Often the potential new client is also being asked for information that is either obsolete, or at the very least, politically incorrect, if not illegal to request!
So, what should your credit application contain, or ask for?
ARE YOU ASKING THE RIGHT QUESTIONS?
Firstly, it is only permissible to request information necessary for the purpose of assessing credit risk and credit checking. It is no longer acceptable to request information on a person’s spouse or partner, if that other person is not going to be a party to the agreement.
However it is important to get dates of birth from any Director, sole trader, or individual, if they are going to be a party to the agreement. This is necessary to formally identify the borrower when carrying out credit checks, as it is generally the only unique identifier available to positively determine the applicant is who they say they are!
Other unnecessary information that is still requested on many credit applications includes paid up capital, solicitors’, bankers’, and accountant’s names. Paid up capital has no relevance in today’s lending environment. And I can’t fathom why the customer’s solicitor, banker or accountant would offer information of value to a request for credit.
It is a little like a request for trade references. Why contact a name and cellphone number (which is often what is put forward) when you don’t know the relationship between the parties? Far better to peruse the Personal Property Securities Register (PPSR) for the names of not only the other credit providers, but also the person from those companies who filed the financing statement (which also handily provides their phone number!).
There can also be a danger in asking what credit limit the applicant is seeking. This may come back to haunt you if, at some stage during the relationship with the client, you endeavour to recover debt that has exceeded the requested figure on the application form.
This is particularly relevant when seeking to recover the excess debt from a guarantor. You may have limited the customer’s liability to the amount you have accepted merely by displaying it on the application! Better to ask what their intended monthly spend is going to be.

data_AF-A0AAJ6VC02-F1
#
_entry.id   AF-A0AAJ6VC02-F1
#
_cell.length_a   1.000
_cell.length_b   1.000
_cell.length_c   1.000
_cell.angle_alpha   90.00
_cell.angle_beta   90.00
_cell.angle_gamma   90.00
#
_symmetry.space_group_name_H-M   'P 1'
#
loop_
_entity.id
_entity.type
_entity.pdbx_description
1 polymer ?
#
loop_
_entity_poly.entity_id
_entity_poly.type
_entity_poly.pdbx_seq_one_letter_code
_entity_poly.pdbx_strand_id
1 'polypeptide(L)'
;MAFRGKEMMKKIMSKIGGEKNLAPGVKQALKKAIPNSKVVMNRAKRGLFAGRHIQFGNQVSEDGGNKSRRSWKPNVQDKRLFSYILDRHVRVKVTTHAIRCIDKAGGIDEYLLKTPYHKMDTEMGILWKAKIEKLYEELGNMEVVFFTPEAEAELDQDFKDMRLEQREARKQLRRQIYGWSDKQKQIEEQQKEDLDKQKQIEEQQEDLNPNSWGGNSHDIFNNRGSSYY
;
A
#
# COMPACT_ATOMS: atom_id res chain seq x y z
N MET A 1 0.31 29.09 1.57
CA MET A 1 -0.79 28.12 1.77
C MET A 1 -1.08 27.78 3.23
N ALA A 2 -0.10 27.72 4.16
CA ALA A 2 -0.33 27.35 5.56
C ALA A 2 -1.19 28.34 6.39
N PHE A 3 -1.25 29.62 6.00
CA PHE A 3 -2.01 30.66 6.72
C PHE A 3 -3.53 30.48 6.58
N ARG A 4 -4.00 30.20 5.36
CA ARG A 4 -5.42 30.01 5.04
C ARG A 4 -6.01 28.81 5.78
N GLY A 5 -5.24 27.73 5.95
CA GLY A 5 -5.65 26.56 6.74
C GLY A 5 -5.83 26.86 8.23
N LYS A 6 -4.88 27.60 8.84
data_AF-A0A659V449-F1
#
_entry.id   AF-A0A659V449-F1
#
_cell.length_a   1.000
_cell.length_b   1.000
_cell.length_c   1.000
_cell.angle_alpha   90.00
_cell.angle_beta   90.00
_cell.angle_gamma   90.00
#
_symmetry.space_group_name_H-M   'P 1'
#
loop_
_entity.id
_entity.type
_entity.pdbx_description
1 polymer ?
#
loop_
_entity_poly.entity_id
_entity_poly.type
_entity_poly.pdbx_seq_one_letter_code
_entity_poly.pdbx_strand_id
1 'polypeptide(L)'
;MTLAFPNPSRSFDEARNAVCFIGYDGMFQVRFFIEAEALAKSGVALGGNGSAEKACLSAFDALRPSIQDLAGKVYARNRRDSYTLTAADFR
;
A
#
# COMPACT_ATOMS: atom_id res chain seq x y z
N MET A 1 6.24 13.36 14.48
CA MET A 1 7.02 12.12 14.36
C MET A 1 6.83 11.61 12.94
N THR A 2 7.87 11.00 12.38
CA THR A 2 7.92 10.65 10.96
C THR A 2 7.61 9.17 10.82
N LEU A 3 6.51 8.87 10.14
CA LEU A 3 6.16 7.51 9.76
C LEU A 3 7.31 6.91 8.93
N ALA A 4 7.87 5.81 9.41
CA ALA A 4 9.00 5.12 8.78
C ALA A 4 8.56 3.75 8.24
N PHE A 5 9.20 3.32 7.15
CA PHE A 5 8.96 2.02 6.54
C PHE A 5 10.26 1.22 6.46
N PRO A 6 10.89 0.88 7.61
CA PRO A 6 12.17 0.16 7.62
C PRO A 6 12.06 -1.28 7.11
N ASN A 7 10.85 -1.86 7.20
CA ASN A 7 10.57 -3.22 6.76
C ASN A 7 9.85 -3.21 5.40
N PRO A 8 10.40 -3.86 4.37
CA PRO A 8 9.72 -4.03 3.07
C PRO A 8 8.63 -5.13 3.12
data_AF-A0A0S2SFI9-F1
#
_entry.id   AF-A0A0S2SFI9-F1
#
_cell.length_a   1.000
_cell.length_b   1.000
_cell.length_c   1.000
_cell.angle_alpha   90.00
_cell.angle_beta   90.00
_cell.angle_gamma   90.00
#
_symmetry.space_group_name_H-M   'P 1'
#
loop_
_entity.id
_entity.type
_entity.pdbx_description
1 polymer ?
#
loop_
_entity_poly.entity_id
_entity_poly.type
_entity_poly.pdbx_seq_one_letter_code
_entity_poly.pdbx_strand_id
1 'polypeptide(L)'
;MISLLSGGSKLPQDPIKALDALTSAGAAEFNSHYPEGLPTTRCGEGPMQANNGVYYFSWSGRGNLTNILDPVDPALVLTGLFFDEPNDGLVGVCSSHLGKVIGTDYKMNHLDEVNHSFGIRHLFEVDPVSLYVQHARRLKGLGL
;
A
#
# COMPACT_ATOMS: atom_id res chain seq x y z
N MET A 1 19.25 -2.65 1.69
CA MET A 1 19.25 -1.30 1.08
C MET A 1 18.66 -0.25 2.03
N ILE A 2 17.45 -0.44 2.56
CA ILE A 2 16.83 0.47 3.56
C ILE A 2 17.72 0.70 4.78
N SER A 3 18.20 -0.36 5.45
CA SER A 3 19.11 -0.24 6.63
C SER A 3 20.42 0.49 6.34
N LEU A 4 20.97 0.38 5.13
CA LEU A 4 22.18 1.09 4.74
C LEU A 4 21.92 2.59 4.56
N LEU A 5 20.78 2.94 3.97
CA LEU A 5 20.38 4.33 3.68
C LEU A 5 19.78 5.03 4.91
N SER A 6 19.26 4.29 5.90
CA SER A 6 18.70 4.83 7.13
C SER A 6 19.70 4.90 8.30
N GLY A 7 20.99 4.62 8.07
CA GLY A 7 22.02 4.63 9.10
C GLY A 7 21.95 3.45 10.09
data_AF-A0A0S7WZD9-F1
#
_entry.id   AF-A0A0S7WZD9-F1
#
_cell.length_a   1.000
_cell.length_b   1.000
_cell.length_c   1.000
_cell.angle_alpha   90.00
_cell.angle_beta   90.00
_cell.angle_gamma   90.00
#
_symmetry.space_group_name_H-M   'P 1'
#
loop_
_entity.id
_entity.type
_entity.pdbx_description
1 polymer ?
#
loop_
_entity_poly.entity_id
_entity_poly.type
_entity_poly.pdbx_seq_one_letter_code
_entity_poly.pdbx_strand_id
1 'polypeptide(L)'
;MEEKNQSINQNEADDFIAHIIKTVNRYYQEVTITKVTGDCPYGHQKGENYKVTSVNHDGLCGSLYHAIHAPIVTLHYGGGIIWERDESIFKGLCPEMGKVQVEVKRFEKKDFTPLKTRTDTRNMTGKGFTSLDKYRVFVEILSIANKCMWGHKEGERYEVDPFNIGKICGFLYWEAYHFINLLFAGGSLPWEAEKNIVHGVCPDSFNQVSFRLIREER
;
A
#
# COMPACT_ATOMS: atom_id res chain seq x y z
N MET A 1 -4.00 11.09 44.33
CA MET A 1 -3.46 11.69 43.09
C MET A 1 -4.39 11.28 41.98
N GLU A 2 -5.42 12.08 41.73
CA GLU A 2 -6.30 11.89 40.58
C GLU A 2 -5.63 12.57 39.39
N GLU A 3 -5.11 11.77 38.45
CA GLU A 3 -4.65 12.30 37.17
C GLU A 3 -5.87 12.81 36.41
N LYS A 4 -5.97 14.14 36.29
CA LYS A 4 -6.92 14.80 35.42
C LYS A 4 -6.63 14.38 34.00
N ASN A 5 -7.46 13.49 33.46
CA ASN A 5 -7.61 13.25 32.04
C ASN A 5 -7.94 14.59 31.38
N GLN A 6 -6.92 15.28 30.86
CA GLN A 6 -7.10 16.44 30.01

So, as a golden rule, when creating or reviewing your credit application for validity, you should ask yourself: “What is my purpose in requesting this information?” If you can’t answer that definitively, then there is little point in collecting it in the first place.
DO YOU HAVE THE RIGHT TERMS OF TRADE?
As far as the actual Terms of Trade or Terms & Conditions are concerned, it is important to have clauses that assist you not only in debt recovery, but also in giving you the best protection possible in case of disputes.
Personal guarantees should be worded in third party liability terms, so that the liability rests equally with all parties to the agreement and you can pursue the principal debtor (the company) or the guarantor(s) on an equal footing. This way you are not reliant on dealing with the failed company first, before having access to the guarantors’ funds. (Very often in the case of guarantees it is a first come, first served scenario.)
Make sure you are clear on the difference between “estimates” and “quotes” in your Terms & Conditions. It is advisable to use the former term wherever possible.
A suitable Ownership & Security clause relating to the PPSR is imperative today. It is not enough to rely on the old Romalpa clause when seeking to recover goods or debt. While a lot of people tend to see the PPSR as merely an option to repossess goods, the actual benefits of a suitably worded clause and properly registered financing statement far exceed the old Romalpa option and can even be very handy when it comes to defending a Voidable Transaction claim.
Make sure your application allows you recover costs in the event of a legal battle, and that any costs related to the debt collection can also be claimed so you are not out of pocket. Also install the right to claim penalty interest, at a reasonable rate.
Other areas of the Terms & Conditions that often fall short relate to suitability of goods, delivery access, substitution of goods, indemnity and exclusion of liability clauses, Consumer Guarantees exclusion clauses, and Construction Contracts Act references. However this list is by no means exhaustive.
So, while you may not want to alarm your customer by handing them a four-page document to sign, it is well worthwhile reviewing what is important to you. While you may not be able to include all the “nice to have” clauses, you can at least provide yourself with sufficient leverage to get a seat at the negotiating table, if and when the need arises.
Alan Johnston is General Manager, CreditWorks Data Solutions Ltd, and has been involved in credit management for over 35 years. In 2011 he was presented with the NZCFI Credit Professional of the Year Award, for his achievements within the credit industry. Email him at firstname.lastname@example.org or call him on 09 520 8133 to find out more.